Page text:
Re: virus: Science
Wed, 18 Sep 1996 22:59:46 -0500 (CDT)

On Wed, 18 Sep 1996, Reed Konsler wrote:

> >From: Martin Traynor <>
> >Date: Tue, 17 Sep 1996 16:37:39 +0000
> >The fundaligionists (to borrow a phrase from the freak
> >brothers) want evolution to be taught in school only as a theory to
> >explain our existence - not as a fact, and that it should be taught
> >alongside the creationist Genesis worldview.
> Creationism is not a scientific theory...the preponerance of evidence
> refutes it. It is thus not something that should be taught in a science
> class. Now, I'm for redefining and interconnecting subjects. But
> Creationism is not a valid part of biology as that field is currently
> understood

Creationism is really a confusion of a claimed history with science.

> >However, any true scientist must agree that evolution *is* just a
> >theory, albeit one which has a weight of evidence in its favour...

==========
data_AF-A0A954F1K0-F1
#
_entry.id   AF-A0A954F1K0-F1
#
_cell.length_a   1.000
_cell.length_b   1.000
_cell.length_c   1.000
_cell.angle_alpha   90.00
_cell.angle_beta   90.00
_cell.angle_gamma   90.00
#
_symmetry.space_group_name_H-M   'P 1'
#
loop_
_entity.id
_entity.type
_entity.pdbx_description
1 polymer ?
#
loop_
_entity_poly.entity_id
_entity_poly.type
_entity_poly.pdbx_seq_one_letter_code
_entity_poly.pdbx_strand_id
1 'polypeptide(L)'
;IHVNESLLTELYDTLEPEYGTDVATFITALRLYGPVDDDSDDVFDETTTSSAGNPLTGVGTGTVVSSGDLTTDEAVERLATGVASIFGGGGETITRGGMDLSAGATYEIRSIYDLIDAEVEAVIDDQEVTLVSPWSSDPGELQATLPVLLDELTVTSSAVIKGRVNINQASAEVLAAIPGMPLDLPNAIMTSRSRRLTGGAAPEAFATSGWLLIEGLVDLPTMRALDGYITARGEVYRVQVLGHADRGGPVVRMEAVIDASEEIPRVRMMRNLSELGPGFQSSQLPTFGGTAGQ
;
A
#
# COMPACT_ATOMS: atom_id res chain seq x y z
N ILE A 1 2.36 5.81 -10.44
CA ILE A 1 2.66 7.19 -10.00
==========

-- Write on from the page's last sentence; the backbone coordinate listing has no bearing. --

> >implying that one must accept the validity of science and its
> >tenets and techniques before one can accept the theory as being
> >better than any other. But isn't this exactly the same for any
> >religion?
> Sure, but I would argue that the axioms of science are much simpler than
> religious axioms, and even the base asumptions are open to refutation in
> science. Scientists have thrown out the ideas of completly objective
> observation, the continuity of time and space (as well as the continuity of
> or perception of it), and other "central theories", like the big bang are
> under continious scrutiny. This is not a componeent of religion.

NONE of the above examples of 'base assumptions of science' are base
assumptions of science! My most likely candidate for a 'base assumption
of science' is that "the laws we are trying to figure out are applicable
up to obvious breakdowns in space or time [Einsteinian, 'space-time']"
Some impressively uncredible explanations of the formation of fossils, and
outright fraudulent interpretations of a number of 'radioactive clocks',
have been used in order to preserve this assumption when it does not
plausibly apply. [I'm presuming that geological science has not shifted
basic paradigms in these areas since circa 1985.]


/ Kenneth Boyd